SouthEast Development Group Principal Steve Atkins says underwater electricity-producing turbines could be used to power his plan for a $2 billion redevelopment of a mostly city-owned stretch of the Downtown Northbank riverfront.
At a news conference Oct. 21 at The Barnett, Atkins said he included the turbines, which would be submerged in the St. Johns River, in an unsolicited public-private partnership proposal he submitted to the city Oct. 19.
Atkins said the privately owned power-generating facility could offset public infrastructure costs in his pitch to build more than 1.8 million square feet of mixed-use commercial, residential, hotel and convention space on 25 acres along the river from the former Jacksonville Landing site to southeast of TIAA Bank Field.
A cover letter in the proposal shows the Riverfront Jacksonville master plan was sent to Mayor Lenny Curry, Downtown Investment Authority CEO Lori Boyer and City Council President Sam Newby.
Atkins said Oct. 21 that SouthEast and its development partners expanded the master plan since it was announced June 1 to include existing amenities and planned projects along the riverfront.
The plan’s cost, which has increased from $1.1 billion to $2 billion, has not been publicly discussed by Boyer or DIA leaders, who have their own public park plans and are vetting other private development interests along the riverfront.
Atkins told reporters he is pushing city and DIA officials to consider the Riverfront Jacksonville master plan and hopes to conclude negotiations by early next year.
“We need for these things to happen within the next 90 to 120 days,” Atkins said. “The capital is at the table now. It’s a competitive market. If we can’t find a place or a pathway to employ this capital here in Jacksonville, it has to be placed in another market.”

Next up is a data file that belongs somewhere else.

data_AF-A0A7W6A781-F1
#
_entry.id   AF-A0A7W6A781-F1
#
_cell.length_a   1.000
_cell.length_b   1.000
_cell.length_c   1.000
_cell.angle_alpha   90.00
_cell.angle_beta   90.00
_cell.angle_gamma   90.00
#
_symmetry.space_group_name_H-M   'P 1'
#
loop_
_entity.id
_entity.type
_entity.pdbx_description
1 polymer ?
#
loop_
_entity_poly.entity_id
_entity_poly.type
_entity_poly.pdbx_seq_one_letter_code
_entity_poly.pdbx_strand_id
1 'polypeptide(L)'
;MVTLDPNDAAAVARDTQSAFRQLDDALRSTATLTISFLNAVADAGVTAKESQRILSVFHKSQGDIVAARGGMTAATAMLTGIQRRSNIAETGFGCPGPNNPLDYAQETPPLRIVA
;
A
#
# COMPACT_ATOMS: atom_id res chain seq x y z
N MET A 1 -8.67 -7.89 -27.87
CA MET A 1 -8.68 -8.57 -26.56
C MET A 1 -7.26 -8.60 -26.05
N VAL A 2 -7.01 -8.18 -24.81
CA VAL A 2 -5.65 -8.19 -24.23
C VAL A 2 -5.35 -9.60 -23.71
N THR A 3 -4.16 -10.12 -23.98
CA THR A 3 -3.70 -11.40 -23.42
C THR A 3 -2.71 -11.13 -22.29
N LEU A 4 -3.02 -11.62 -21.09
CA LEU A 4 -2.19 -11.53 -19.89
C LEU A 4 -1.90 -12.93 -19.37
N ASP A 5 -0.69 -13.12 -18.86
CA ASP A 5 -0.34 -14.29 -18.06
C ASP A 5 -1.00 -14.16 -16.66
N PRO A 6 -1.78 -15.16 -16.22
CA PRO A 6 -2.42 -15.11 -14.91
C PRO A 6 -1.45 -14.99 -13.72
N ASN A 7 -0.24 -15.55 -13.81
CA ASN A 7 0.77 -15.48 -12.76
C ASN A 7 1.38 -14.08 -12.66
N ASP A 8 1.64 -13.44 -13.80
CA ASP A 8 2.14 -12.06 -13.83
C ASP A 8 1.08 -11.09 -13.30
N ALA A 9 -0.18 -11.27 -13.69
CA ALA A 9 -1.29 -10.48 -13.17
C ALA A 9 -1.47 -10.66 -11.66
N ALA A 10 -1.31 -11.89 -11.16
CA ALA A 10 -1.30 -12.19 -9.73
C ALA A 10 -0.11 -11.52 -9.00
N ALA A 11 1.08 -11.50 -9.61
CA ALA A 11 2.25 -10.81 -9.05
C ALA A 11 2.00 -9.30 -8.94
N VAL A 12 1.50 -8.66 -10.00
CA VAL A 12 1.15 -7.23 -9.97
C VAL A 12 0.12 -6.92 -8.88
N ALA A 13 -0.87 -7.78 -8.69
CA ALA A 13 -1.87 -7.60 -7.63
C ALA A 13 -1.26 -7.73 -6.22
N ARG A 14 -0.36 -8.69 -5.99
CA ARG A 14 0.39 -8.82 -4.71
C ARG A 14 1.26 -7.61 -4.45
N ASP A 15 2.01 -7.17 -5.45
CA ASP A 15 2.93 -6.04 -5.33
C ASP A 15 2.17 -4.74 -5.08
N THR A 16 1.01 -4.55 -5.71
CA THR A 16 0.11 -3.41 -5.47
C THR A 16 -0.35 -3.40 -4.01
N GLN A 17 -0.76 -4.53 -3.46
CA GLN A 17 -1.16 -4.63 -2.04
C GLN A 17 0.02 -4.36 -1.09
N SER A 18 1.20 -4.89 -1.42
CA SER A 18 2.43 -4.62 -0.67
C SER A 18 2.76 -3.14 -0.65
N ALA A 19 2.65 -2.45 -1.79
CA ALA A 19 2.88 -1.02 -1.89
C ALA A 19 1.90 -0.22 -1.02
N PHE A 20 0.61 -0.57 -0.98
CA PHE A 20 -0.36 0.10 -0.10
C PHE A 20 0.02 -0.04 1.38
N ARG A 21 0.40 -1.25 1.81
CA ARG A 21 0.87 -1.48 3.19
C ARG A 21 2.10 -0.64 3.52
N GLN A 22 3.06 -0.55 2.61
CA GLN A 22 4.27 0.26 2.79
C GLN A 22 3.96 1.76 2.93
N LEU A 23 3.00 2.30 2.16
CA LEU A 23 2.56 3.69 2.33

The proposal calls for turbines that would generate hydrokinetic electricity and provide power to buildings in the Riverfront Jacksonville development.
Riverfront Jacksonville plans show SouthEast is working with Herndon, Virginia-based design and consulting firm ATCS and San Francisco-based resiliency infrastructure company Swinerton on the hydro project, which would be owned by private consortium Riverfront Jax LLC.
Any excess electricity would be sold to JEA in a purchase power agreement.
Atkins said the power project would allow revenue sharing between the developers and city to help offset costs for riverfront parks, green space and resiliency infrastructure.
The city money would come from ground leases to Jax Riverfront for substation connections, according to Atkins’ proposal.
SouthEast’s site plan shows 15 acres of public park and plaza space on the riverfront anchoring the private development as well as nine river view corridors from the north and subterranean parking lots that could hold water during a major storm.
According to Atkins, keeping the hydrokinetic energy generation equipment and facilities privately-owned would make the project’s development eligible for tax credit financing and government green energy funding.
Atkins said the initial private investment in the power plan could be $25 million to $50 million, but he did not have final figures Oct. 20.
Atkins said his expanded master plan is “everybody’s best vision” for the Downtown Northbank.
The new map combines existing and proposed riverfront developments, including Jacksonville Jaguars owner Shad Khan’s Four Seasons hotel, the Museum of Science and History and the USS Orleck warship museum.
“It’s an effort so we can show the city, as well as the public, what a collaborative effort looks like in bringing forward a new generation of development for Downtown Jacksonville,” Atkins said.